- Prevention and Treatment of Bites and Stings.  Mosquito bites, tick bites, snake bites, bee stings, spider bites, fly bites, scorpion stings, jellyfish and stingray stings.

Fly Bite - Prevention and Treatment


Fly Bite Prevention

  • When outdoors, use a Broad Spectrum Insect Repellent containing R-326 (Di-n-propyl Isocinchomeronate), which is even more effective than Deet against flies. A composite repellent containing both Deet and R-326 can give protection against flies, mosquitoes and ticks. A non-alcohol spray or a lotion, for both effectiveness and safety is best, as the EPA and physicians are concerned about increased Deet absorption when alcohol is used as an inert ingredient in Deet Sprays.
  • Spray tents and clothing with Permethrin, which lasts up to six weeks and is not washed off by rain water.
  • Use windows and door screens. Repair holes promptly.
  • Spray door screens with Permethrin to keep out tiny no-see-ums, fruit flies and pomace flies. Permethrin will also kill ticks and mosquitoes.
  • Dispose of litter, garbage, manure, decaying matter, and remove the places where maggots (fly larvae) can thrive.
  • Avoid areas of standing water where flies and mosquitoes may breed. Dispose of standing water.

The Extractor Pump removes anticoagulant and poisons from fly bites.

There are several thousand known species of fly, but many of them do not bite including the common housefly. However, Chiggers, Black Flies, Stable Flies, Deer Flies, Sand Flies etc., can inflict a painful bite and transmit many infectious diseases. As biting flies mature, eating and thriving on rotting vegetation and decaying matter on the one hand and blood meals every three to four days in between, they are one of the leading carriers of infectious disease worldwide. Midges, gnats and no-see-ums can also inflict an irritating and potentially dangerous bite due to allergic reaction.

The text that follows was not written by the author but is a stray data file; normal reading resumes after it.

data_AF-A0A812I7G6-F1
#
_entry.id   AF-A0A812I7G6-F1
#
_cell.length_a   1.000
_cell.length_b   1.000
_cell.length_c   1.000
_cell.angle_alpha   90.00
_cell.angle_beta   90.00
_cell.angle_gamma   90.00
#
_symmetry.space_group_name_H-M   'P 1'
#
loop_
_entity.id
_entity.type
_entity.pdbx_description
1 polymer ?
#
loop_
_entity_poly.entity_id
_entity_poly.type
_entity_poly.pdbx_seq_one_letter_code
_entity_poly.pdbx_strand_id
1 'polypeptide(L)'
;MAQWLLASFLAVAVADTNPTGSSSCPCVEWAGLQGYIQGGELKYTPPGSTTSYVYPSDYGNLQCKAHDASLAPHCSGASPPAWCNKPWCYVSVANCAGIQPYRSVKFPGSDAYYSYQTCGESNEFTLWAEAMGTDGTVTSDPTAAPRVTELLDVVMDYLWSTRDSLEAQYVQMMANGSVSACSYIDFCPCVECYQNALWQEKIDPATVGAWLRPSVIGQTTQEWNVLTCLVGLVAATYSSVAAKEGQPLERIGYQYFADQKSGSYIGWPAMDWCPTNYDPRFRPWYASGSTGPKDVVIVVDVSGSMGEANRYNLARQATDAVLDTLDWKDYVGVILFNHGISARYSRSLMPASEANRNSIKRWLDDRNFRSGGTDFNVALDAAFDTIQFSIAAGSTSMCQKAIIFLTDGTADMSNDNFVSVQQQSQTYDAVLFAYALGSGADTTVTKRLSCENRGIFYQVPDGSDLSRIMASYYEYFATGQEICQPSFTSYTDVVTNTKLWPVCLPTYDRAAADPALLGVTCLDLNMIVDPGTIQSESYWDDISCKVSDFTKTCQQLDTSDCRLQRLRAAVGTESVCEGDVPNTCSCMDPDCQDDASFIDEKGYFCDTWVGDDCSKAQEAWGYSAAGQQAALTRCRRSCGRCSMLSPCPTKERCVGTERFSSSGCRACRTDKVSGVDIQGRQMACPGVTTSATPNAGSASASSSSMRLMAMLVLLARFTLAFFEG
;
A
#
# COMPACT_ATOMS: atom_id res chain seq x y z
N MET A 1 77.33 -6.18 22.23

Flies go through a three stage life-cycle. The female lays eggs, often on decaying matter such as cow pats, but sometimes (as with Black Flies) in running water or elsewhere. The egg hatches into a larva called a maggot, and then several weeks later the larva metamorphoses into an adult fly. Some species of female flies need a blood meal to provide the protein necessary to produce eggs, whereas in some other species both genders bite and drink blood. As they bite, flies inject anticoagulants in their saliva, to keep the blood from clotting and closing the wound. The anticoagulants cause soreness and itching which may last several days.

In tropical and subtropical climates some species of Sand Flies are known to transmit leishmaniasis, and all flies should be treated as if they do carry disease. Control and bite prevention are the key to avoiding fly transmitted diseases.
Try to draw out the anticoagulants and irritants if there is local swelling and the appearance of an allergic reaction. Use the Extractor™ Kit, which creates a strong vacuum to suction out poisons and other foreign fluids, thus relieving pain, itching and swelling and perhaps reducing the risk of more serious reactions.

Fly Bite Treatment

  • Use the Extractor as mentioned above.
  • Wash hands and the area around the bite with soap and water, or use an alcohol wipe to disinfect the site.
  • Seek pain relief.
  • Do not rub or scratch the wound. Rubbing may spread the poisons, and scratching may result in secondary infection.

Seek medical attention if redness and soreness spreads beyond the area of the bite, or if a serious reaction occurs.


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